Project Case Study: High-tech land development

May 2006 » Feature Articles
Luther Forest Technology Campus (LFTC) is shaping up to be one of the largest economic development projects in the United States in decades.
John S. Munsey, P.G.

Collaboration lays the foundation for a regional transformation project

Project
Luther Forest Technology Campus, Saratoga County,N.Y.

Engineers and planners
The LA Group; C.T.Male Associates, P.C.; M+W Zander U.S.Operations; Creighton Manning Engineering; Abbie Gregg, Inc.; E/Pro;and National Grid

Project description
An extensive, long-term collaborative effort is transforming a former military installation into a business park suitable for large-scale nanotechnology research,development,and manufacturing.

Luther Forest Technology Campus (LFTC) is shaping up to be one of the largest economic development projects in the United States in decades. Planned especially for large-scale nanotechnology manufacturing, this secluded 1,350-acre site in upstate New York is ideally suited for the 300- mm semiconductor wafer technology from which the latest computer microprocessor chips are derived. The project is the result of eight years of tireless efforts by a dedicated team of planners, engineers, surveyors, architects, municipal officials, and development experts.

Luther Forest is located 25 miles north of Albany, straddling the Saratoga County towns of Malta and Stillwater. This man-made forest remains undeveloped today because, for more than a halfcentury after World War II, a portion of the site was used as a rocket engine test facility and later as a military munitions testing area. A 1-mile, no-habitation zone surrounded the facility, keeping out the fast-paced development that has characterized other parts of Saratoga County during the past 25 years.

The site is at the heart of New York’s Tech Valley, which stretches roughly from IBM’s huge chip fabrication plant in East Fishkill, N.Y., northward to the Canadian border. In the middle of this historic valley, Albany Nanotech, the University at Albany, and International Sematech North have combined to form a nucleus for nanotechnology research and development, education, and technology commercialization.

Planning began in 1998 toward development of the LFTC parcel to reach its "highest and best use," and to deliver the greatest benefit to the communities in the surrounding area. What has emerged is a dramatic example of what can be achieved by an integrated, multi-functional team whose members are committed to a common goal.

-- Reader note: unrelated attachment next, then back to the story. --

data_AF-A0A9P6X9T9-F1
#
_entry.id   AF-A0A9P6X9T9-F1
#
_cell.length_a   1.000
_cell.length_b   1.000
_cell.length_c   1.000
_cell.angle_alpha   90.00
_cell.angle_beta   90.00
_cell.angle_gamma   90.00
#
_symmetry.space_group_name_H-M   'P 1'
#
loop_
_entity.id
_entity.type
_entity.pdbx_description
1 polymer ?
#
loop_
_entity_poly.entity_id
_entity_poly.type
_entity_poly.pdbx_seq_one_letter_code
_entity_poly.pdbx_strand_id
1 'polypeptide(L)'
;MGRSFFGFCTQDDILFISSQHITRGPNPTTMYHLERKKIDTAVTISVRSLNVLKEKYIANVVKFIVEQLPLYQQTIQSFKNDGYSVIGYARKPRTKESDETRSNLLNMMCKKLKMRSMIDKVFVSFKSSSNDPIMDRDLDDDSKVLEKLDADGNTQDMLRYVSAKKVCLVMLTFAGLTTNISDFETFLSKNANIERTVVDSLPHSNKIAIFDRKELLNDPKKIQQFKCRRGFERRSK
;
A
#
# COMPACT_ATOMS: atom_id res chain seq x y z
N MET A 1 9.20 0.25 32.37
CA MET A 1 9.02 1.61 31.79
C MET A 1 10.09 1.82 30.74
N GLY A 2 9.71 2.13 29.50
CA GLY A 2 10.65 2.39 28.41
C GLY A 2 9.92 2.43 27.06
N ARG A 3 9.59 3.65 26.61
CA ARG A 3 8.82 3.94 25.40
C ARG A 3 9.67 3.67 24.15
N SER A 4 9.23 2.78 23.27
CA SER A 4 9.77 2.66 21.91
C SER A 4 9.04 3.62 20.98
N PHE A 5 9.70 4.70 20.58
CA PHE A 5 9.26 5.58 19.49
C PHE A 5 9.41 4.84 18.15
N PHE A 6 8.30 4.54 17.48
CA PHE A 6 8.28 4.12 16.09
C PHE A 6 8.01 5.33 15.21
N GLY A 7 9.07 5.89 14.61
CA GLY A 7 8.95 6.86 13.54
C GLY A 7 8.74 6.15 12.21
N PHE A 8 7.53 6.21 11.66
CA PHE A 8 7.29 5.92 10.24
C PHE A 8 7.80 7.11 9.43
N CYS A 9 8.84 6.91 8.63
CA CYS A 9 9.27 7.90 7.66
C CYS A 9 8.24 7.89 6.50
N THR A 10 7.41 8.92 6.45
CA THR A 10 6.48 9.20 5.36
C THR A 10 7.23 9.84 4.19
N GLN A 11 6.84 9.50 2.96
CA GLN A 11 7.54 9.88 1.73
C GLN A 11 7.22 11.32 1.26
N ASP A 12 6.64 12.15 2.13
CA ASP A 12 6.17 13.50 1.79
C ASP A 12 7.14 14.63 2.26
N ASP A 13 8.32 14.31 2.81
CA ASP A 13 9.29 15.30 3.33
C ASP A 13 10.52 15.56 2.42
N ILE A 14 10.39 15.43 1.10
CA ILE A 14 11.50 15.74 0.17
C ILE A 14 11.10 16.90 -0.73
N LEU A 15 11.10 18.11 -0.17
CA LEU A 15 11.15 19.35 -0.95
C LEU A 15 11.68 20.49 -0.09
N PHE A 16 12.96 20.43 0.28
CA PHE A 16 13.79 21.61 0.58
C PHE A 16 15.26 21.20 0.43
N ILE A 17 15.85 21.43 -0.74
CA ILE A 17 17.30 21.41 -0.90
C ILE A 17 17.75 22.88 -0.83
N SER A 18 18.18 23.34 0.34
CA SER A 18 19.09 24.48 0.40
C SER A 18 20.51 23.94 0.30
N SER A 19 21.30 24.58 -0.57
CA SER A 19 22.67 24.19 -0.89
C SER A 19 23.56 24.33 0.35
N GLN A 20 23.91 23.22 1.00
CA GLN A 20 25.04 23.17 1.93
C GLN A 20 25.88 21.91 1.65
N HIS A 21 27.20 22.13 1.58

Eleven development "pods" have been designated for a number of activities. Pod 1 can accommodate four fabrication facilities as large as 3.2 million square feet total, including 250,000 square feet of clean room space per "fab" facility. Nearby pods have been designated for nanotechnology suppliers and support services, offices and convenience facilities, and a conference center.

At full build-out, Luther Forest Technology Campus could represent more than $18 billion in capital investment and employ 10,000 highly skilled, well-paid employees. An economic development project of this scale requires substantial public and private support, and state, federal, and local governments, as well as utilities and industry groups, clearly have demonstrated they want LFTC to succeed.

The project team

The Luther Forest project is spearheaded by the Saratoga Economic Development Corporation (SEDC), a public and private partnership that has generated more than 12,000 new jobs and $1.2 billion in investment in Saratoga County since 1978.

  • Ken Green, SEDC president, recognized the enormous opportunity, and he and Jon Kelley, senior vice president for LFTC, assembled the following team:
  • The LA Group, a nationally recognized land-planning firm, provided initial site plans;
  • C.T. Male Associates, P.C., a multi-disciplinary engineering company, followed with surveying, environmental and geotechnical analysis, infrastructure planning, and overall project management;
  • M+W Zander U.S. Operations, which, along with its German parent company, is the most experienced designer-builder of 300-mm chip fabrication plants in the world, was tapped for detailed master site planning, architecture, engineering, and construction;
  • Creighton Manning Engineering launched transportation studies and mitigation;
  • Abbie Gregg, Inc., clean room consultants, performed vibration, electromagnetic field, and RF measurements and site characterization;
  • E/Pro began planning the electrical transmission system; and